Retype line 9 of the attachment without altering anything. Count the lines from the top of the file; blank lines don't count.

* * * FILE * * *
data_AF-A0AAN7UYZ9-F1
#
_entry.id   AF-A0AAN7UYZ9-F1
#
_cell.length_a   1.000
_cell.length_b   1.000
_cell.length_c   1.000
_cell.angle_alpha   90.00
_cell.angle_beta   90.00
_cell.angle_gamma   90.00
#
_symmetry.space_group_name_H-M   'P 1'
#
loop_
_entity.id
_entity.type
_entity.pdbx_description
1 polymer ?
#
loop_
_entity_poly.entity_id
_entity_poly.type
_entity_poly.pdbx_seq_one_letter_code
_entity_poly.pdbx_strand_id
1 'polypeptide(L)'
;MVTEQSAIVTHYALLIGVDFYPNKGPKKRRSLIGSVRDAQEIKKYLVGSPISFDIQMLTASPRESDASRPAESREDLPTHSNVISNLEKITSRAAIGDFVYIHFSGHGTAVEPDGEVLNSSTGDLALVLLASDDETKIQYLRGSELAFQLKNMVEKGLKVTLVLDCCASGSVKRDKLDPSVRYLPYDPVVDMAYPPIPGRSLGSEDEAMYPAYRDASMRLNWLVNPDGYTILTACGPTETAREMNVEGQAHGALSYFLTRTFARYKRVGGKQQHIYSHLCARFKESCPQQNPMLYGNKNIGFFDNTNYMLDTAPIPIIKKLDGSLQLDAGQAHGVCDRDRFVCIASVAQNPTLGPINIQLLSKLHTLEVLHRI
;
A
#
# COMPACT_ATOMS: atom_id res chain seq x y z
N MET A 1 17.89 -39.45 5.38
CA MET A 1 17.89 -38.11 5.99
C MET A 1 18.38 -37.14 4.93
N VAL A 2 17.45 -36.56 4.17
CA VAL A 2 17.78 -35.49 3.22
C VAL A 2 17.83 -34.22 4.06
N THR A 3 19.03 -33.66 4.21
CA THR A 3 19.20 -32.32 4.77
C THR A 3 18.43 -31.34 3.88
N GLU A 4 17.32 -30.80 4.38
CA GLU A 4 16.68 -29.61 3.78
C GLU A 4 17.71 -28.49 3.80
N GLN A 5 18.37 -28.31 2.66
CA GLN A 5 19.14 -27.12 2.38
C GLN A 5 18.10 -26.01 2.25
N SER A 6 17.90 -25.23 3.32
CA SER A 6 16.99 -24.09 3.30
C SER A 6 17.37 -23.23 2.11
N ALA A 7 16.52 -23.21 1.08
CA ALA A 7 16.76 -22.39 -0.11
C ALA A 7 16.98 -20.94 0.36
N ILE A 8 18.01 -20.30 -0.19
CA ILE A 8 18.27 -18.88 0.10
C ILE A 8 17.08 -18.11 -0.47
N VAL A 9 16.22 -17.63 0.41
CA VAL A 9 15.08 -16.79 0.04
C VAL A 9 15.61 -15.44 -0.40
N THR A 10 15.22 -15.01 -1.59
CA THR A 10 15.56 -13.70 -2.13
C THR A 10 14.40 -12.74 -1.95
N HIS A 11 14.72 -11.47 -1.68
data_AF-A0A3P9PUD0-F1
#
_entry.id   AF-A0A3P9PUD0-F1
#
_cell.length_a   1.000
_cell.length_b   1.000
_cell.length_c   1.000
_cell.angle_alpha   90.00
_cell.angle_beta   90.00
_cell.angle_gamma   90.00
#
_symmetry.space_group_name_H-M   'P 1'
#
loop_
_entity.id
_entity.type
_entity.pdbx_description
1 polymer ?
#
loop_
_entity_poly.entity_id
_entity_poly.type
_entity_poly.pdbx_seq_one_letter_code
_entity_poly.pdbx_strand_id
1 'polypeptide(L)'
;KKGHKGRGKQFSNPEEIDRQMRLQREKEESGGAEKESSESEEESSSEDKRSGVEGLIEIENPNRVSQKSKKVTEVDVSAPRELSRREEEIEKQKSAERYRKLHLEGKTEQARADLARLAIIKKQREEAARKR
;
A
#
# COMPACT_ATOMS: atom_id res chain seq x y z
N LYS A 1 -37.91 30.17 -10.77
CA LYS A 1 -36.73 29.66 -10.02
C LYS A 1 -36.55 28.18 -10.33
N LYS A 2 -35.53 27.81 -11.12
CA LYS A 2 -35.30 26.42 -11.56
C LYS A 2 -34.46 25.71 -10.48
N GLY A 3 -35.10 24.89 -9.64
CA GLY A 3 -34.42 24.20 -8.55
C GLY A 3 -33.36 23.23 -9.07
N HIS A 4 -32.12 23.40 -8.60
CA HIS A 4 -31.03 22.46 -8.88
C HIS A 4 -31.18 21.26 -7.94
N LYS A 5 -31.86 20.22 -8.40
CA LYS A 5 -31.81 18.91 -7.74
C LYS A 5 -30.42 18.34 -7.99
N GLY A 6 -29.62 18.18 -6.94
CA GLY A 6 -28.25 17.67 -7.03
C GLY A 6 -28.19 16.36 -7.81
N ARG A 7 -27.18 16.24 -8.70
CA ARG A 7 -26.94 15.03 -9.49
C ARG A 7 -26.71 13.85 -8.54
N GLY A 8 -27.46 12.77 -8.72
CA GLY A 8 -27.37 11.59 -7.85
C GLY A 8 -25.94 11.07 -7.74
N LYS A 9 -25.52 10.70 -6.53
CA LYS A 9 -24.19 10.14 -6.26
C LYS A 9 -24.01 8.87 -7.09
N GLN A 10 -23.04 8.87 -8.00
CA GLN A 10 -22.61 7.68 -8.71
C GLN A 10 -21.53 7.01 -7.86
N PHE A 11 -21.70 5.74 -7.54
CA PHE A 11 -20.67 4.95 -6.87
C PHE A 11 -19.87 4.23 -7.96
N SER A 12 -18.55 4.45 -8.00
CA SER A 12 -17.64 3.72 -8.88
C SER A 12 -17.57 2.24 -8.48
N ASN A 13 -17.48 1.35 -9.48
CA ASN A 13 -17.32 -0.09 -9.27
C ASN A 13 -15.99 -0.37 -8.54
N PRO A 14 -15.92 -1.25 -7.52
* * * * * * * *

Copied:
_cell.angle_beta   90.00